- Haas Home
- Haas Newsroom
- Summer 2011 CalBusiness
- Cover Story
- Featured Stories
- In Brief
- Power of Ideas
- Alumni News
- Personal View
- About CalBusiness
- Past Issues
View a Google Map of the Telegraph Corridor Projects
Blood, Sweat, and Prayers
A developer who pays more attention to the numbers than the neighborhood won't get very far—especially around Berkeley's Telegraph Avenue, which may have a history of questioning the status quo but can be equally suspicious of change.
MBA students in the Haas School's new Real Estate Investment Analysis class got into the nitty-gritty of the neighborhood thanks to a new town-andgown partnership between the city of Berkeley and professors Robert Helsley and Nancy Wallace, co-chairs of the school's Fisher Center for Real Estate and Urban Economics.
Southside was the laboratory in the new experiential learning course, in which students partnered with the developers of four complex properties to build the best plans to revitalize them. Along the way, they learned from city and university planners, elected officials, financiers, and other stakeholders just how many pieces must fit together to bring a project to fruition.
"You can build Excel models and your numbers have to work, but if people don't like what you are doing and don't understand it, your project will go nowhere," says Josh Mogabgab, MBA 12. "I was really surprised by how uncertain and risky the process is, and how much it's about building relationships. If you can get something built here it says a lot about you as a developer."
In many ways, Telegraph Avenue feels trapped in time—or rather, a long slow decline, as its retail base of book and record stores has eroded. Crime and safety are longstanding concerns. Historic preservation issues, vocal community groups—including People's Park advocates—and a tangle of city rules like quotas on certain types of businesses have made it a challenging place for business owners and builders.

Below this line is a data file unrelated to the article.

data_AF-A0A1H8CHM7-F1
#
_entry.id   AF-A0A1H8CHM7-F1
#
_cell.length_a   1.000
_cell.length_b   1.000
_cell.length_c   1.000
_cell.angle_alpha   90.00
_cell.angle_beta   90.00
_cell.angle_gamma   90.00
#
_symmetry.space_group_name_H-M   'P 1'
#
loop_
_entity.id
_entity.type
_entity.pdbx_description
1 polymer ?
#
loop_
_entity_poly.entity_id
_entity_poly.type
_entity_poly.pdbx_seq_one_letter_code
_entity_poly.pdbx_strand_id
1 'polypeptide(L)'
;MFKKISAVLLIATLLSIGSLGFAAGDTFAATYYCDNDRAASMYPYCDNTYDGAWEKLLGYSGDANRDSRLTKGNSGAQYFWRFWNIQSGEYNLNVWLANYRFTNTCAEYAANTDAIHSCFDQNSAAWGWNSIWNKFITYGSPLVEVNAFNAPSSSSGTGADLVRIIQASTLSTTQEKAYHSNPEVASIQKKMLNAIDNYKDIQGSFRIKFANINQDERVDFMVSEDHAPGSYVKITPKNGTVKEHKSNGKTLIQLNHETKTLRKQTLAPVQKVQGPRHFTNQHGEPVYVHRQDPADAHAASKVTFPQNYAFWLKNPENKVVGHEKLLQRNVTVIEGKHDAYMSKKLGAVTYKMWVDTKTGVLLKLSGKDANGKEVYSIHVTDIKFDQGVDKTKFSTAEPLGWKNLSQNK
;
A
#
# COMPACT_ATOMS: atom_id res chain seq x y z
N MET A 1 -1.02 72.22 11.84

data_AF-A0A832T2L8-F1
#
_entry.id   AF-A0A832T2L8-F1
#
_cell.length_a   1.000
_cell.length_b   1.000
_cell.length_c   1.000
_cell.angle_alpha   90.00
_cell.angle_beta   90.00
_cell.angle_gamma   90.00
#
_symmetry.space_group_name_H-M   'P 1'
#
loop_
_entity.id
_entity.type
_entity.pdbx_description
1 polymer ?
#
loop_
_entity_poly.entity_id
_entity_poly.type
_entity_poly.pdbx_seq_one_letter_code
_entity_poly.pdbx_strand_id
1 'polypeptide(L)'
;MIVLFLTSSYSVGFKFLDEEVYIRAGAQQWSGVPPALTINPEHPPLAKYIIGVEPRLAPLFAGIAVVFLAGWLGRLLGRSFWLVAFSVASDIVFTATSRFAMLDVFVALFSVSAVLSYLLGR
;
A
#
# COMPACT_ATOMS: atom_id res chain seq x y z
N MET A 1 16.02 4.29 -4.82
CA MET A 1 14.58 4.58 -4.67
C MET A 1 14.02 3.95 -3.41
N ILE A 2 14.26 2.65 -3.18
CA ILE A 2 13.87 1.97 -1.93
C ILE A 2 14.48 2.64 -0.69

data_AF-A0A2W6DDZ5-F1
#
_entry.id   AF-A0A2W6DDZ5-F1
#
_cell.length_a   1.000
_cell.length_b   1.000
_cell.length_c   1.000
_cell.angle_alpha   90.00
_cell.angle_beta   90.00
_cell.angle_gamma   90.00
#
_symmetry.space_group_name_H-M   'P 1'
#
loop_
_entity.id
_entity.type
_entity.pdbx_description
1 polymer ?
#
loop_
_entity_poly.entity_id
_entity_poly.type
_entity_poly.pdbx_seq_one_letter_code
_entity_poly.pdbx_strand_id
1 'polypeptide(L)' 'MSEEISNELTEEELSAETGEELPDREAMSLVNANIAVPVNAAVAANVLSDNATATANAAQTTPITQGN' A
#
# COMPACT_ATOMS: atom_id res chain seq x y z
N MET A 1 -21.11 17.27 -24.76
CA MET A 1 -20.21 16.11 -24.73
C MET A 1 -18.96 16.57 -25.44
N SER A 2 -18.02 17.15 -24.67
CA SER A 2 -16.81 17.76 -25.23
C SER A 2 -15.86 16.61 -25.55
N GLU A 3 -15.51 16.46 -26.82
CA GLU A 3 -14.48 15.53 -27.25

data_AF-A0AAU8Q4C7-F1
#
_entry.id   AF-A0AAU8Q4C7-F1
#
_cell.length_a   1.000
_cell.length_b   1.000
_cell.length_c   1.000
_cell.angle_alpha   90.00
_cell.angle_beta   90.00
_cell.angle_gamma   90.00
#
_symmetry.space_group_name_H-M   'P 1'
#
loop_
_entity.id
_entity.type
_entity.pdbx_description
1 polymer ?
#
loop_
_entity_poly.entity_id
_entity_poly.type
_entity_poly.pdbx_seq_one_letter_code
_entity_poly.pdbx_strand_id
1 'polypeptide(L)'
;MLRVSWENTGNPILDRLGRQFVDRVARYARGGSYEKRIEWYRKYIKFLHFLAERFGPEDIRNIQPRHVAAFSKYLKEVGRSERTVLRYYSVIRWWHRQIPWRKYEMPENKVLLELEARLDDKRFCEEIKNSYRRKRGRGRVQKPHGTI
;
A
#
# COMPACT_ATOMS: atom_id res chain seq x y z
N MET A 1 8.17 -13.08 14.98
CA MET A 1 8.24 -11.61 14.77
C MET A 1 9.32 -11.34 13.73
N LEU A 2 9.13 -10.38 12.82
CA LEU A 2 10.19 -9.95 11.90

Mogabgab and his team worked on the type of project that makes developers shiver: the Blood House at 2526 Durant Ave., a half block above Telegraph. The owner's proposal to replace it with 45 units of student housing had already been in the works for 11 years. Not that you can tell that from the street: The faded Queen Anne Victorian remains mostly unchanged since Ellen Blood commissioned the home in 1891, but now seems an anachronism in the busy, high-density neighborhood.
Owner Rue-Ell Enterprises was accused of "Manhattanization" when it proposed the five-story project with ground floor retail space, and historic preservationists blocked plans for demolition. But the owner pressed forward and secured full entitlements—contingent on a complex three-way deal to relocate the structure and another landmarked house to a third lot.
"I've seen many projects get built, but nothing quite like the hurdles we've been through with this," says Dana Ellsworth, vice president of Rue-Ell, which was started by two Cal grads and owns the adjacent Blue Sky Hotel and Top Dog buildings, along with many other Southside properties. "We don't like to even call it the Blood House because we don't think it's worth saving. The whole thing is like something from a horror movie."